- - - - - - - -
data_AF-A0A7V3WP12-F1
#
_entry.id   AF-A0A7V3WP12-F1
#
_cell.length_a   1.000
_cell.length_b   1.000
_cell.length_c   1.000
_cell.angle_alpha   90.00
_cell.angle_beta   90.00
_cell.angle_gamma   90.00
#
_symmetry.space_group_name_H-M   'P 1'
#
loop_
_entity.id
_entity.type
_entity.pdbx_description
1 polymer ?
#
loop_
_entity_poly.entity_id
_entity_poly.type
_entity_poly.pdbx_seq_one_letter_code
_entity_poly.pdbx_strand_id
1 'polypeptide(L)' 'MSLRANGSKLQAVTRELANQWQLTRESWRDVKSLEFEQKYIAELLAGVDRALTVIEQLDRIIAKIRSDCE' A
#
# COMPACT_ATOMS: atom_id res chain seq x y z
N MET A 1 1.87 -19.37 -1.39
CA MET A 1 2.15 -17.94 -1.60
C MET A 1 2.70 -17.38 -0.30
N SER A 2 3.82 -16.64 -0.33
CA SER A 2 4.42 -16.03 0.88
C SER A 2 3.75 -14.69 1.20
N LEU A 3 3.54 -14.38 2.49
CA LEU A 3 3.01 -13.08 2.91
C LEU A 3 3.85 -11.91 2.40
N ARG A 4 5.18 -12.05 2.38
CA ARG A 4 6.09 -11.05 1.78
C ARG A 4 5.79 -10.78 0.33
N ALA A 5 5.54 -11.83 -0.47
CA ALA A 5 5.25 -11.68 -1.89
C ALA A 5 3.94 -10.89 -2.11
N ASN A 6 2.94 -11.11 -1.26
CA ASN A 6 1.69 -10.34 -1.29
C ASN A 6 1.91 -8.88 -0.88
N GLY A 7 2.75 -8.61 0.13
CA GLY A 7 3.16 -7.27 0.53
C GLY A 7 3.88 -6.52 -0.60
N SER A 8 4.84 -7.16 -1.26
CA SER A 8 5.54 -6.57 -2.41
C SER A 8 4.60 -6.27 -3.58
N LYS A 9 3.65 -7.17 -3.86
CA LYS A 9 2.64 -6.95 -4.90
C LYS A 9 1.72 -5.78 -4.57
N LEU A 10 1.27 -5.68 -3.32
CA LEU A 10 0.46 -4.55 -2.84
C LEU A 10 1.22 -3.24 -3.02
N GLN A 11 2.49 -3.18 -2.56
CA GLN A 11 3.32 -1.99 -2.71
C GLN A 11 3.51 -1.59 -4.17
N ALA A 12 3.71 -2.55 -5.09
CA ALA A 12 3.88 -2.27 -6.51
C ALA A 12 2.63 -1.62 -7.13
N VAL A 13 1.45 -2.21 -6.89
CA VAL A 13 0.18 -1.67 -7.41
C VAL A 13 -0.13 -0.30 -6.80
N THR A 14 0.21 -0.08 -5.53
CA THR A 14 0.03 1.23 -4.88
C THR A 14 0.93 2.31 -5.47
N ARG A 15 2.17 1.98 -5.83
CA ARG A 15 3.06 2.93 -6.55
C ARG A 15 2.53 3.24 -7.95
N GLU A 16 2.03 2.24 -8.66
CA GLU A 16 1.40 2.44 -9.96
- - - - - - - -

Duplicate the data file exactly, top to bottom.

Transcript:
data_AF-A0A7V3WP12-F1
#
_entry.id   AF-A0A7V3WP12-F1
#
_cell.length_a   1.000
_cell.length_b   1.000
_cell.length_c   1.000
_cell.angle_alpha   90.00
_cell.angle_beta   90.00
_cell.angle_gamma   90.00
#
_symmetry.space_group_name_H-M   'P 1'
#
loop_
_entity.id
_entity.type
_entity.pdbx_description
1 polymer ?
#
loop_
_entity_poly.entity_id
_entity_poly.type
_entity_poly.pdbx_seq_one_letter_code
_entity_poly.pdbx_strand_id
1 'polypeptide(L)' 'MSLRANGSKLQAVTRELANQWQLTRESWRDVKSLEFEQKYIAELLAGVDRALTVIEQLDRIIAKIRSDCE' A
#
# COMPACT_ATOMS: atom_id res chain seq x y z
N MET A 1 1.87 -19.37 -1.39
CA MET A 1 2.15 -17.94 -1.60
C MET A 1 2.70 -17.38 -0.30
N SER A 2 3.82 -16.64 -0.33
CA SER A 2 4.42 -16.03 0.88
C SER A 2 3.75 -14.69 1.20
N LEU A 3 3.54 -14.38 2.49
CA LEU A 3 3.01 -13.08 2.91
C LEU A 3 3.85 -11.91 2.40
N ARG A 4 5.18 -12.05 2.38
CA ARG A 4 6.09 -11.05 1.78
C ARG A 4 5.79 -10.78 0.33
N ALA A 5 5.54 -11.83 -0.47
CA ALA A 5 5.25 -11.68 -1.89
C ALA A 5 3.94 -10.89 -2.11
N ASN A 6 2.94 -11.11 -1.26
CA ASN A 6 1.69 -10.34 -1.29
C ASN A 6 1.91 -8.88 -0.88
N GLY A 7 2.75 -8.61 0.13
CA GLY A 7 3.16 -7.27 0.53
C GLY A 7 3.88 -6.52 -0.60
N SER A 8 4.84 -7.16 -1.26
CA SER A 8 5.54 -6.57 -2.41
C SER A 8 4.60 -6.27 -3.58
N LYS A 9 3.65 -7.17 -3.86
CA LYS A 9 2.64 -6.95 -4.90
C LYS A 9 1.72 -5.78 -4.57
N LEU A 10 1.27 -5.68 -3.32
CA LEU A 10 0.46 -4.55 -2.84
C LEU A 10 1.22 -3.24 -3.02
N GLN A 11 2.49 -3.18 -2.56
CA GLN A 11 3.32 -1.99 -2.71
C GLN A 11 3.51 -1.59 -4.17
N ALA A 12 3.71 -2.55 -5.09
CA ALA A 12 3.88 -2.27 -6.51
C ALA A 12 2.63 -1.62 -7.13
N VAL A 13 1.45 -2.21 -6.89
CA VAL A 13 0.18 -1.67 -7.41
C VAL A 13 -0.13 -0.30 -6.80
N THR A 14 0.21 -0.08 -5.53
CA THR A 14 0.03 1.23 -4.88
C THR A 14 0.93 2.31 -5.47
N ARG A 15 2.17 1.98 -5.83
CA ARG A 15 3.06 2.93 -6.55
C ARG A 15 2.53 3.24 -7.95
N GLU A 16 2.03 2.24 -8.66
CA GLU A 16 1.40 2.44 -9.96